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Published April 29, 2013, 10:04 AM

ND grape growers get funding

North Dakota Gov. Jack Dalrymple has signed a bill appropriating $80,000 for the state's developing wine industry

By: Mikkel Pates, Agweek

The North Dakota grape industry is toasting victories in the state Legislature, even though the emerging industry didn’t get all the funding it had sought.

North Dakota Gov. Jack Dalrymple on April 19 signed SB 2146, which appropriates $80,000 for the biennium and creates the new Grape and Wine Advisory Committee. The bill makes the funds available for research, education and promotion of grapes, fruit and wine.

Paul Anderson of Rutland, N.D., president of the organization, and a small vineyard operator, says it is “something and it’s going to help us in our industry. We’re happy with that.”

“We were hoping for more money, but we will graciously accept it and make it work,” echoed Rod Ballinger, of Fargo, who was pushing for the bill. “We are fortunate to have our North Dakota State University (research) team in place and ready to go.”

Earlier in the session, the Legislature passed HB 1077, which gave North Dakota wineries the right to sell direct-to-retail, passing with only one “no” vote.

The group initially had sought $350,000 in the House bill. The Senate passed a version at $200,000. Some opponents earlier had questioned whether the industry needs any research funds, comparing it with commodity organizations that raise those funds through their own checkoffs. Anderson says in the original bill there was a surcharge per pound of grapes sold, but that wouldn’t have raised sufficient funds because the volume is so small.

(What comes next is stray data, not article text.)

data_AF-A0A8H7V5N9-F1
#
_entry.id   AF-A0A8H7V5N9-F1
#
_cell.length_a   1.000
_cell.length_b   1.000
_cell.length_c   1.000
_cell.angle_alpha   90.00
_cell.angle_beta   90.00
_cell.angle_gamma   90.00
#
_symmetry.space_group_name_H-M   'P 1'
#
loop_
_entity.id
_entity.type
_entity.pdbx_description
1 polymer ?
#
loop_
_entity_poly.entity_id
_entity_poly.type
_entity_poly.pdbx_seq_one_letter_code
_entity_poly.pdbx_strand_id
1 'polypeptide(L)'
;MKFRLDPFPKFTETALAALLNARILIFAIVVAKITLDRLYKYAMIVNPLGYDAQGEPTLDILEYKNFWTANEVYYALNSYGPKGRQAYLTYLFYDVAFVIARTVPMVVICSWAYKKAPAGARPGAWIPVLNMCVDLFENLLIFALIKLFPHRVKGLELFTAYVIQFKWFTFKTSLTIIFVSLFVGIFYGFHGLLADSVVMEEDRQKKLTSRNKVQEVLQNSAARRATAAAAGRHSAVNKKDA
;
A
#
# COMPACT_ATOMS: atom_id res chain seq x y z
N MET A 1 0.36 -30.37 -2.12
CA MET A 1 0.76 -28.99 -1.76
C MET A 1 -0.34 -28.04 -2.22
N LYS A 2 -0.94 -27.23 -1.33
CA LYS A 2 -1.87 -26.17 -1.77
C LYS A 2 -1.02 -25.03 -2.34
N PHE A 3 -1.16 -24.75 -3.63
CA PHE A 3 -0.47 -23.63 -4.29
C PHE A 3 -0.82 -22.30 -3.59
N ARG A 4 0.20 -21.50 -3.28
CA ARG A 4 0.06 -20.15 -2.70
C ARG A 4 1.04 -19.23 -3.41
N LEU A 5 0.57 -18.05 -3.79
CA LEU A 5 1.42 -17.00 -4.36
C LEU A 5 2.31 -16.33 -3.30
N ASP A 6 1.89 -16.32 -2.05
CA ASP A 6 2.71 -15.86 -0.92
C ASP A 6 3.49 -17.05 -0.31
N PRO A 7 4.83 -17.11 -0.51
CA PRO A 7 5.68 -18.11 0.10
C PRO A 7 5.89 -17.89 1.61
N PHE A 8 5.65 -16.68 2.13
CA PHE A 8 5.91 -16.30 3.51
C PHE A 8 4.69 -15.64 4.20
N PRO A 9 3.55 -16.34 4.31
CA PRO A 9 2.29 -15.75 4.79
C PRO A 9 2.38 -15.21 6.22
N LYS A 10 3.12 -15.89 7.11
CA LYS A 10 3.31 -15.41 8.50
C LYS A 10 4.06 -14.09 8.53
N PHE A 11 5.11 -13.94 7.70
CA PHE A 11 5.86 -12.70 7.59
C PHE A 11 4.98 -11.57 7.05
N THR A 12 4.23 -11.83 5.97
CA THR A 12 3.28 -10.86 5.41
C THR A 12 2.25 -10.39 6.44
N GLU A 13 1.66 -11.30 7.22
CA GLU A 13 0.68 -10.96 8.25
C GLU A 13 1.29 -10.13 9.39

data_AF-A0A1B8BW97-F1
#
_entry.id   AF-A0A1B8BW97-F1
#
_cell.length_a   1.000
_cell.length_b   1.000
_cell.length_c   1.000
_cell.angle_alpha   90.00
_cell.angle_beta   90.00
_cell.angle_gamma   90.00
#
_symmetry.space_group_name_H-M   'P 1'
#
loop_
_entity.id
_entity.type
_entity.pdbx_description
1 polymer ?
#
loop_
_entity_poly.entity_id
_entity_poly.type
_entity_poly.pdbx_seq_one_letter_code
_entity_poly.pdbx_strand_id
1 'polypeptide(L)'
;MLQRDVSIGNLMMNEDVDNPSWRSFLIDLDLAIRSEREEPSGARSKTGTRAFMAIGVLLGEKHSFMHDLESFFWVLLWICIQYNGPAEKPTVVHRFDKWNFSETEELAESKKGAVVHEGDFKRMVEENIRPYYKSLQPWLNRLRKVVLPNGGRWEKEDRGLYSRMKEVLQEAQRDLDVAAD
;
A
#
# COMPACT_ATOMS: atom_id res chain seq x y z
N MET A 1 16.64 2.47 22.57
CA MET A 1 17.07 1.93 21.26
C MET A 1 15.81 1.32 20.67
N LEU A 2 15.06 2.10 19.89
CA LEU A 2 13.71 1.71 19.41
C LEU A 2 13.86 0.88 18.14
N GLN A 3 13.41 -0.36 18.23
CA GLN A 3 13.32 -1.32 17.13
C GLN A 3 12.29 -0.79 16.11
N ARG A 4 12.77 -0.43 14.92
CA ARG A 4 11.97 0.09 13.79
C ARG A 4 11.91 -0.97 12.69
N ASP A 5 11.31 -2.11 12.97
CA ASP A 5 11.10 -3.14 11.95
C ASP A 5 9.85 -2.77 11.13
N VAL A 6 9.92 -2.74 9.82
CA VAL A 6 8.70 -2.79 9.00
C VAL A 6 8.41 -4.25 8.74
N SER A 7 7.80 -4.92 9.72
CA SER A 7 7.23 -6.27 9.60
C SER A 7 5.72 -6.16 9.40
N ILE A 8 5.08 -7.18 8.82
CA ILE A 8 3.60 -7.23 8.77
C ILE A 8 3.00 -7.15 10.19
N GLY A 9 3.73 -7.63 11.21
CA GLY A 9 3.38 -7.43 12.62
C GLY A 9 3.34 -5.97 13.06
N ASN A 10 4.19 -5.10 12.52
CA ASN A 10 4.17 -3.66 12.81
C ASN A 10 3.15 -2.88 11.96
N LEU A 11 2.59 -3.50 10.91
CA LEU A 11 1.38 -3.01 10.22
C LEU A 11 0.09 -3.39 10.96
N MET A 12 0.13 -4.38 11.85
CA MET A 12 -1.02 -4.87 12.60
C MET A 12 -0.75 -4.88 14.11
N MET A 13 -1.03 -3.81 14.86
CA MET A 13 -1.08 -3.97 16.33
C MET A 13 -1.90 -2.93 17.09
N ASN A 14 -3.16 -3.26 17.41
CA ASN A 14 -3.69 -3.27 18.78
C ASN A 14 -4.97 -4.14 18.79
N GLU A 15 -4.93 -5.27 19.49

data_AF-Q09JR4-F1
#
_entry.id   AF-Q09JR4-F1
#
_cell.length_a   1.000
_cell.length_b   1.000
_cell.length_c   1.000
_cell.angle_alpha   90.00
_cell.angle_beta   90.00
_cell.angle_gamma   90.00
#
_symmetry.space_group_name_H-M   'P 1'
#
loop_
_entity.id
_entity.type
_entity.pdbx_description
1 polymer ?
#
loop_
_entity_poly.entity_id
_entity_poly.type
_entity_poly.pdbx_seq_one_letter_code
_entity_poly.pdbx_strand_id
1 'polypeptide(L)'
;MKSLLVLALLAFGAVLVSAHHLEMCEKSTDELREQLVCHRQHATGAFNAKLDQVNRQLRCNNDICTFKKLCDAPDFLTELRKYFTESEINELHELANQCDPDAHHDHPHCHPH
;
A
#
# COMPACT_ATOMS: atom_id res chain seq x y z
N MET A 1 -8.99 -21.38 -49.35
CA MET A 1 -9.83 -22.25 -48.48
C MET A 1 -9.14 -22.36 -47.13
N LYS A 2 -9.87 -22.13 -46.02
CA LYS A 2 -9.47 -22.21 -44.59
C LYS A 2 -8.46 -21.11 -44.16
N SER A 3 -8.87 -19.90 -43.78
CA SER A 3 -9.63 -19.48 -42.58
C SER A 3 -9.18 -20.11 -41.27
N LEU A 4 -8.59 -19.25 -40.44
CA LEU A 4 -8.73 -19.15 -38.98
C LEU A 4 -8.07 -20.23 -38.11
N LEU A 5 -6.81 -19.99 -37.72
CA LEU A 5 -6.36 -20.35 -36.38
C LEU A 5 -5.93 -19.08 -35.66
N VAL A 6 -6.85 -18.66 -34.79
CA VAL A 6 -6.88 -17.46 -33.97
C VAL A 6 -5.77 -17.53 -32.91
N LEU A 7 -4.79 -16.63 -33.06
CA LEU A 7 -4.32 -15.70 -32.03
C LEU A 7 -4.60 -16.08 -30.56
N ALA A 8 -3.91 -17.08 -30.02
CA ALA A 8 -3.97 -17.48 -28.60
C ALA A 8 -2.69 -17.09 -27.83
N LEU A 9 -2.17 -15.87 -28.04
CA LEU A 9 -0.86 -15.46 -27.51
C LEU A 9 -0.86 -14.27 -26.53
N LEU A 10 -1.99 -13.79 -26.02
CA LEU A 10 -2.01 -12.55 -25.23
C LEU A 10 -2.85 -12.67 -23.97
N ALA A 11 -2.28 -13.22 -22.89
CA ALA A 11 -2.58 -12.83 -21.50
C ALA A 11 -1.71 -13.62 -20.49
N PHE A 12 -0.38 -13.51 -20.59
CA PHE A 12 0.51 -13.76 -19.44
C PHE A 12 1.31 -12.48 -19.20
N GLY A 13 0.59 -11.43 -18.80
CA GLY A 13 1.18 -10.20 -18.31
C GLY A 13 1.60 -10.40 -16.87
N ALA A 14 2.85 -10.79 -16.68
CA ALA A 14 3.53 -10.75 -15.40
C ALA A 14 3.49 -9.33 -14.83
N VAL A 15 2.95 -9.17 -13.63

In 2009, the Legislature appropriated $250,000 for the start of grape variety research. In the 2011 session, however, the direct-to-retail bill narrowly lost and the organization didn’t get any funding for research and education.

NDSU is planning to transplant 6,000 seedlings from a greenhouse in the next few weeks. “I would suspect some are disappointed with the amount, but any funding will drive the industry to the next level,” Anderson says. The group is “proactively pursuing” additional funding options to supplement the $80,000, he adds.

The G&WPC remains an advisory committee until June 30 and has worked with NDSU researcher Harlene Hatterman-Valenti on how the research funds should best be spent. The new advisory committee is in effect Aug. 1 and will work with North Dakota Agriculture Commissioner Doug Goehring on issuing grants from the $80,000.